I was lucky enough to be able to afford (and to lack the impulse control which might have stopped other, more sensible people dropping $800 on) a pair of tickets to Max Richter performing his epic eight-hour piece Sleep at Sydney Opera House last weekend, along with soprano Grace Davidson and the American Contemporary Musical Ensemble.
This is an experience engineered from the start for an odd kind of intimacy. After jaffles and hot chocolate enjoyed with pyjama-clad strangers, we’re guided to the concert area. The steps at the back of the Joan Sutherland Theatre are converted to house rows of camp-beds; forming a temporary amphitheatre backed by the dark water of the harbour and the lights on the opposite shore.
It’s Richter’s signature brand: quietly beautiful minimal classical, flavoured with electronic textures.The music ebbs and flows; kicked off with his piano, then joined by the string ensemble, and later by Davidson’s soprano. Human musicians can’t perform ad infinitum though; the soprano and strings leave the stage for long periods during the night. Somehow, however, Richter remains at the piano almost throughout. His only break of any duration is during the wee small hours as the music already played is ingested and then twisted by the automation he’s set up. This is music that unfolds glacially. I see why it’s been written to accompany a period when I should be asleep, because the sleepiness I’m trying to fight also affords me exactly the kind of patience I wouldn’t have if this were daytime. Rather than expectantly waiting for the sonic payoff, I’m content to lie back and wait for it to wash over me.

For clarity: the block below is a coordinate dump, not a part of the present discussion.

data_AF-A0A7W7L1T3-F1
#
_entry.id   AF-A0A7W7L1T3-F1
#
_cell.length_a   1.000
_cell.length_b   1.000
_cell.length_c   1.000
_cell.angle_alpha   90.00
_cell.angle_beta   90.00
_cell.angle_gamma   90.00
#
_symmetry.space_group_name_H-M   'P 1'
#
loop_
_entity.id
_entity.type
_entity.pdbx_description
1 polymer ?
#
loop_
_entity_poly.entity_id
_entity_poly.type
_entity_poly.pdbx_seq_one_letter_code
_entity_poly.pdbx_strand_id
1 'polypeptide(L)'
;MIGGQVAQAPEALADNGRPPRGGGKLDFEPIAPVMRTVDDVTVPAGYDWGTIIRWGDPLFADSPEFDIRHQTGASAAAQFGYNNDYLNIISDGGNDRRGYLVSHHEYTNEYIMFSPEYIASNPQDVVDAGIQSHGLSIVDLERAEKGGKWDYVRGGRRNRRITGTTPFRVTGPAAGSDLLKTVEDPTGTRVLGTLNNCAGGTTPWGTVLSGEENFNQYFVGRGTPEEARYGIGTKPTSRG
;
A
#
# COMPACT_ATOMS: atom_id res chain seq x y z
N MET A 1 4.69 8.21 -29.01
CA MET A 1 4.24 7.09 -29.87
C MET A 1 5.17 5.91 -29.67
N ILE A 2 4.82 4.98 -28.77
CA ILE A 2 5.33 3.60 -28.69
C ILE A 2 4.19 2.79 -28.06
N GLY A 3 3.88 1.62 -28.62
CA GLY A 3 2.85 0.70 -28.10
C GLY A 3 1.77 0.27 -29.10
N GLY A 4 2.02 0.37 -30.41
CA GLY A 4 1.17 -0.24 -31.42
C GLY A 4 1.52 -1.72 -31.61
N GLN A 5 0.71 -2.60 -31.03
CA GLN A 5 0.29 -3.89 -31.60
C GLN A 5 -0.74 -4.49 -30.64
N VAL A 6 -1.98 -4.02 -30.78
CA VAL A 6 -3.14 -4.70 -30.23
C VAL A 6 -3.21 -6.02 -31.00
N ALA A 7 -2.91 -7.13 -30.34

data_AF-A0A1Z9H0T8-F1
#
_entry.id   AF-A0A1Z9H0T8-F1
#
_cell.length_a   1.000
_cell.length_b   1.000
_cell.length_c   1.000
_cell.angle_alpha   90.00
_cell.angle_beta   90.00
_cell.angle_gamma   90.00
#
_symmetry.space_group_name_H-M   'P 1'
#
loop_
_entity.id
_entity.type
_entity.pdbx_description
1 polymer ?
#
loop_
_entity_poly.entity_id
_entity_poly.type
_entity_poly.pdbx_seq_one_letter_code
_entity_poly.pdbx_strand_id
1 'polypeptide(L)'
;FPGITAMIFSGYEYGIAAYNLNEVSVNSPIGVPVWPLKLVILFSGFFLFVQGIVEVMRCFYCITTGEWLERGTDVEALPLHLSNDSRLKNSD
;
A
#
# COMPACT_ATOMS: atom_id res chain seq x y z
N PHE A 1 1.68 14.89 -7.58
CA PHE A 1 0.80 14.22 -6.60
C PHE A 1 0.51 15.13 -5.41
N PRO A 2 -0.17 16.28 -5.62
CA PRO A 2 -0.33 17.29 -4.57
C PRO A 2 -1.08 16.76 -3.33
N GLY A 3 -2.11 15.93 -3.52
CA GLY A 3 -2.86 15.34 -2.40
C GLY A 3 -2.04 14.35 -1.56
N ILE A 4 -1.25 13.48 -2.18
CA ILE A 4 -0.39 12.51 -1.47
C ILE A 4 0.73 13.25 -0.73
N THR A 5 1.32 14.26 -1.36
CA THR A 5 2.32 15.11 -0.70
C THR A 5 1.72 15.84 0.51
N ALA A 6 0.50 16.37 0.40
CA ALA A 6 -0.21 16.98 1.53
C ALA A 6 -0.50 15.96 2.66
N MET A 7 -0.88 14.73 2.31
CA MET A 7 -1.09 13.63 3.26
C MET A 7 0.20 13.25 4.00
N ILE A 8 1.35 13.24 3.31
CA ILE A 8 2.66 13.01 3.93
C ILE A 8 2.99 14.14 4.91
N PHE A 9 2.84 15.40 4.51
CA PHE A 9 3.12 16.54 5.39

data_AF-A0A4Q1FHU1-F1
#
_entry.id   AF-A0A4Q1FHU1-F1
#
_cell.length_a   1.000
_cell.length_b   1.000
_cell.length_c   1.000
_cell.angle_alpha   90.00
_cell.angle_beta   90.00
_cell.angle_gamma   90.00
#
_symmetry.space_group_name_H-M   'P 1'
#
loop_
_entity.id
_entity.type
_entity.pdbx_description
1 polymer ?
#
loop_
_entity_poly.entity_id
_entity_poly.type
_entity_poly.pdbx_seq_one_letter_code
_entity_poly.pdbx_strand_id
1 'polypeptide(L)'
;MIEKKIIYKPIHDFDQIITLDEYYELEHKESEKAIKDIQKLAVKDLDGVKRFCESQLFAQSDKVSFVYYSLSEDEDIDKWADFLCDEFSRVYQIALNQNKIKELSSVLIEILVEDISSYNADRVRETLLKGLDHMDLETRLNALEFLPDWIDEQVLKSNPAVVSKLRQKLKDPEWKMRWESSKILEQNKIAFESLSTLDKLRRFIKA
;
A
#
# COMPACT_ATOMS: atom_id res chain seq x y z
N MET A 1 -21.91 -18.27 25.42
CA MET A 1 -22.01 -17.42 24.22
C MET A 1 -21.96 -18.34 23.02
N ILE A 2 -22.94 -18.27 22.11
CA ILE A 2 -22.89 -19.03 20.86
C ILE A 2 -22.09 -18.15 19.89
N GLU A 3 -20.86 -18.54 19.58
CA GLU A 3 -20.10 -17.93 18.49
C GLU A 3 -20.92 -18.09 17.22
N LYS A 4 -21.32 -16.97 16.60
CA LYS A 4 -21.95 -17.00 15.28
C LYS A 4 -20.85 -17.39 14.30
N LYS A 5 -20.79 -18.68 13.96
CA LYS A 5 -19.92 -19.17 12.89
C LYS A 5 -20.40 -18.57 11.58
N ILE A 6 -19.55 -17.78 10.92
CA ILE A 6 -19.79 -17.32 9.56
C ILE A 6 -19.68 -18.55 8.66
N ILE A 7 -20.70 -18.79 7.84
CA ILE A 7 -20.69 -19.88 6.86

We’re situated on a balcony directly above the stage. I can look down to see the players, their instruments, and the infrastructure required to support eight hours of music; looking out towards the harbour I can see the premium ticket holders: a bunch of Sydney theatre faces, at least one recognisable musician and also, I’m later told, Brienne of Tarth. They’re in various positions, some asleep and already snoring; some not yet but soon to be; some cross-legged and engaged in a similar battle to my own, trying to fight the urge to drift off. This feeling of intimacy hits me again: a standard concert format doesn’t give you the chance to study the reactions of the rest of the audience, but here I can make a study of it over many hours.
My fight against Sleep was always going to be lost, and for a few hours between 3 and 5am I drift off. I’m woken as dawn sunlight creeps above the horizon, turning the black water of the harbour to grey before diffusing through the harbour fog. The strings begin to rise, and over the final hour we’re treated to a slow-burn euphoric crescendo. The audience leave their beds and sit themselves on the floor around the stage. The music builds, alongside the dawn. I’m not the only one struggling to hold in tears. The mixture of exhaustion, our surreal setting and the stunning beauty of what we’re hearing is producing a feeling in me that can’t be too far from religious ecstasy.
In the cab ride home, I’m comparing the experience I’ve just had to what I’ve come to expect from live music. I’m remembering something I’ve not felt in a long time, since the first gigs where I crowd-surfed and moshed my way to sweaty elation. I realise I’ve become too curmedgeonly to push aside the annoyance, claustrophobia and impatience and fully surrender myself to a live music experience. I’d forgotten how perfect this feels.